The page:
We are so grateful for everyone who has chosen
to support the AAACC!
Thank you for helping us continue to fulfill our mission to “collect, preserve, and share the life stories, history, contributions, culture, and heritage of Black people in far Southwest Virginia and the broader Appalachian region.”
Interested in supporting the AAACC?
AAACC Founder and Director Ron Carson serves as 2nd Vice Chair of the 400 Years of African-American History Commission.
On January 8, 2018 the 400 Years of African-American History Commission Act was signed into law establishing a 15-member commission tasked with coordinating events to commemorate the 1619 arrival of the first 20 enslaved Africans in the English colonies.
400 Years of African-American History Commission
We are a community of people dedicated to collecting, preserving, and sharing the history, heritage, and culture of Black Appalachians, with particular focus on Lee County and Central Appalachia.
We collect, preserve, and share the life stories, history, contributions, culture, and heritage of Black people in far Southwest Virginia and the broader Appalachian region. AAACC also offers anti-racism workshops as well as diversity and inclusion training.
The Center offers tours, hosts student groups, and organizes anti-racism workshops. Please visit the Events page or click the arrow below to learn more about these and other upcoming events.
The Appalachian African-American Cultural Center is an institution dedicated to the documentation and historical preservation of the experiences of Black people in Southwest Virginia and the wider Appalachian region. The Center is a rich archive of photographs, artifacts, and other items of cultural significance and historical interest. Founded in 1987 by Ron and Jill Carson, the AAACC is located within a historic one-room schoolhouse that served as Lee County’s only primary school for African American children from 1940 until 1965 when its doors were shuttered following state-mandated desegregation and consolidation.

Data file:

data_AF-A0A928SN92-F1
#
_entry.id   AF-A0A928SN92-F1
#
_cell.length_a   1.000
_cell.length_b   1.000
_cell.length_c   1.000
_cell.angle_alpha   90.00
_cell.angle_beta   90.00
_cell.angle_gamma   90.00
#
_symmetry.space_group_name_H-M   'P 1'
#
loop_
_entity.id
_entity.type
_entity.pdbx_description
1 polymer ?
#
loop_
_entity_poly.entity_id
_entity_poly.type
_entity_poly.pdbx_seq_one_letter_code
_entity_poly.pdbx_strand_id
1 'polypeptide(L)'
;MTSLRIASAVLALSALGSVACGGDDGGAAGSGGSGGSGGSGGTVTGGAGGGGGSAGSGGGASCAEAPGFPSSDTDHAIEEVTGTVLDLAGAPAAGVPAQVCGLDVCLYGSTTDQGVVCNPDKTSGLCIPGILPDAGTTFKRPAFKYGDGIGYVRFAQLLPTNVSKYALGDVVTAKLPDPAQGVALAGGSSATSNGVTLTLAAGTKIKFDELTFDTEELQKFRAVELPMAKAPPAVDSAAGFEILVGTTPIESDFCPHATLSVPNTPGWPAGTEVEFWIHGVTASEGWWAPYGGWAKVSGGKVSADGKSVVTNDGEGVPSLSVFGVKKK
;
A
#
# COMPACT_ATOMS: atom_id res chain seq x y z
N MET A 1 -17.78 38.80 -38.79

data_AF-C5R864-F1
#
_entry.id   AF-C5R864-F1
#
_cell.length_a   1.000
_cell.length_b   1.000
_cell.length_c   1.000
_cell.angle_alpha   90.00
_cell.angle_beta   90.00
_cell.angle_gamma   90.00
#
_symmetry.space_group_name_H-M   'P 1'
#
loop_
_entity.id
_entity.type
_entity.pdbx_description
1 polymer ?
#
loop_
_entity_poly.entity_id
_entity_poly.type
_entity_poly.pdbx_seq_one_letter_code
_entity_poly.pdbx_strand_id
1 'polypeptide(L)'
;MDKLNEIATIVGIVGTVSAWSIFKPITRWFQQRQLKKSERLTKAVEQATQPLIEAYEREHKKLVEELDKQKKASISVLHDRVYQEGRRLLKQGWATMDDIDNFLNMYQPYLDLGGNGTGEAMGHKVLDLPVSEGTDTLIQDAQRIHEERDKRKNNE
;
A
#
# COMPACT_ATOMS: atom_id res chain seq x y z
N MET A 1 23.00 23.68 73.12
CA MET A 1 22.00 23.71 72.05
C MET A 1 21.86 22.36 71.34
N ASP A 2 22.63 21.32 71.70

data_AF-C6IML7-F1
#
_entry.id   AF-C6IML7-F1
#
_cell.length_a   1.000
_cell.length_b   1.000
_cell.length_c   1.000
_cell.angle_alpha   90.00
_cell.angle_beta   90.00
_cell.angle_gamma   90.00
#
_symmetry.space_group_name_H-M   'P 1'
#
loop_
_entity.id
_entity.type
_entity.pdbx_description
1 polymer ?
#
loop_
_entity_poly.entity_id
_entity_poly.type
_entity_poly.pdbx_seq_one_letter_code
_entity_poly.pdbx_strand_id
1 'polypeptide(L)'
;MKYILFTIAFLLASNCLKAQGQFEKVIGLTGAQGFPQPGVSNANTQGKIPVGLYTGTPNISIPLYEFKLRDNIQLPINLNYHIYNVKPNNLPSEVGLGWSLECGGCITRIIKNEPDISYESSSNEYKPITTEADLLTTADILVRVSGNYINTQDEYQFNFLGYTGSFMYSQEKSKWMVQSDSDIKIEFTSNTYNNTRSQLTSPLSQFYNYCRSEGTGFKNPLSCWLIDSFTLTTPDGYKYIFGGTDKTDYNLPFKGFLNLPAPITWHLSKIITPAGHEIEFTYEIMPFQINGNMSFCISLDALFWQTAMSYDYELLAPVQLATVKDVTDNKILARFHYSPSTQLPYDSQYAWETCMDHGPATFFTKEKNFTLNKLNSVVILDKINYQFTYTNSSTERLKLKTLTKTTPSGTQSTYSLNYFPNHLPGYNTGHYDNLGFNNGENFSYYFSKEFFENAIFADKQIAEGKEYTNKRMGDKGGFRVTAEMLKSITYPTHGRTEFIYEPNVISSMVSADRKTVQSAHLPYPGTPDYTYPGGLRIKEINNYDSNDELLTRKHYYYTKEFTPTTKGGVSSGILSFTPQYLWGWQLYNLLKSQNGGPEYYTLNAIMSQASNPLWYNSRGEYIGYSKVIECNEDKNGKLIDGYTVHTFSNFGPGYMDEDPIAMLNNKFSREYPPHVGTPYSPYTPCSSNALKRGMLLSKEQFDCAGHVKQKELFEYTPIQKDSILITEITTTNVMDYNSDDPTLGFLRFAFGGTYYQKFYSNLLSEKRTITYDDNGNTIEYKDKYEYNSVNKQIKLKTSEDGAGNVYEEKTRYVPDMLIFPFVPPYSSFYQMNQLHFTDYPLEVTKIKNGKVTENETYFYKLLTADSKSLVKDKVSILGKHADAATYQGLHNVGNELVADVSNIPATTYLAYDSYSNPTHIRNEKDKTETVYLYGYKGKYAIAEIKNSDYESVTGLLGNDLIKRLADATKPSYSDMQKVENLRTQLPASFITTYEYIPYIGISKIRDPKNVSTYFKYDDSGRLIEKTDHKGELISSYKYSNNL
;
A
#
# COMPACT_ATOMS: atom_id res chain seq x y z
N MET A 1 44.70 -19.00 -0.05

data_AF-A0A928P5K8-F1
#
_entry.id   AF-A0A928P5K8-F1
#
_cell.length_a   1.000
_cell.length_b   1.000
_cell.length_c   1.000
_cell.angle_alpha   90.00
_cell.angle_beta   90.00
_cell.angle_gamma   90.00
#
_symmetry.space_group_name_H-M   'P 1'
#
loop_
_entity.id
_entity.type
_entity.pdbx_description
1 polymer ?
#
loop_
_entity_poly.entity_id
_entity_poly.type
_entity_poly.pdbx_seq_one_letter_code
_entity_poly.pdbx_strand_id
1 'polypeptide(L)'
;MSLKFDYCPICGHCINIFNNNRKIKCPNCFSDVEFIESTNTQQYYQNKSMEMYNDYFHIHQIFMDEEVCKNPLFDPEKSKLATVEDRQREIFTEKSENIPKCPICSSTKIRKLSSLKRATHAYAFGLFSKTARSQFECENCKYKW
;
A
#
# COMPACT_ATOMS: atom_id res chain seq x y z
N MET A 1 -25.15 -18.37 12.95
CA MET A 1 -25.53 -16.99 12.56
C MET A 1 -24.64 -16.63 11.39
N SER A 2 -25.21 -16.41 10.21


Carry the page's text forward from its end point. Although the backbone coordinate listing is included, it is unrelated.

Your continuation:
In 1939 Ron Carson's great-great grandmother, Rachel Scott of Pennington Gap, sold the 2.6 acre parcel of land to Lee County for $750 in order to have the school constructed. When visitors step into this traditional one-room schoolhouse they are offered a glimpse into the history and culture of rural Appalachian life. According to Ron Carson, locals who visit the center are often surprised to spot a photograph of their parents or grandparents on the wall.
The Mission of the Appalachian African-American Cultural Center is to collect the narratives, artifacts, and ephemera of African-American life in Appalachia, and in doing so preserve the history, heritage, and culture of Black people in far Southwest Virginia and the broader Appalachian region. Through events such as the Annual Race Unity Day, AAACC also seeks to provide a forum to discuss and develop solutions to the long-standing ills of racial and social inequality and injustice.
Images Left: Rachel Scott (c.1940), Right: Jill and Ron Carson, AAACC (2019); Upper Right Insert: Old Schoolhouse Class Picture (c.1940)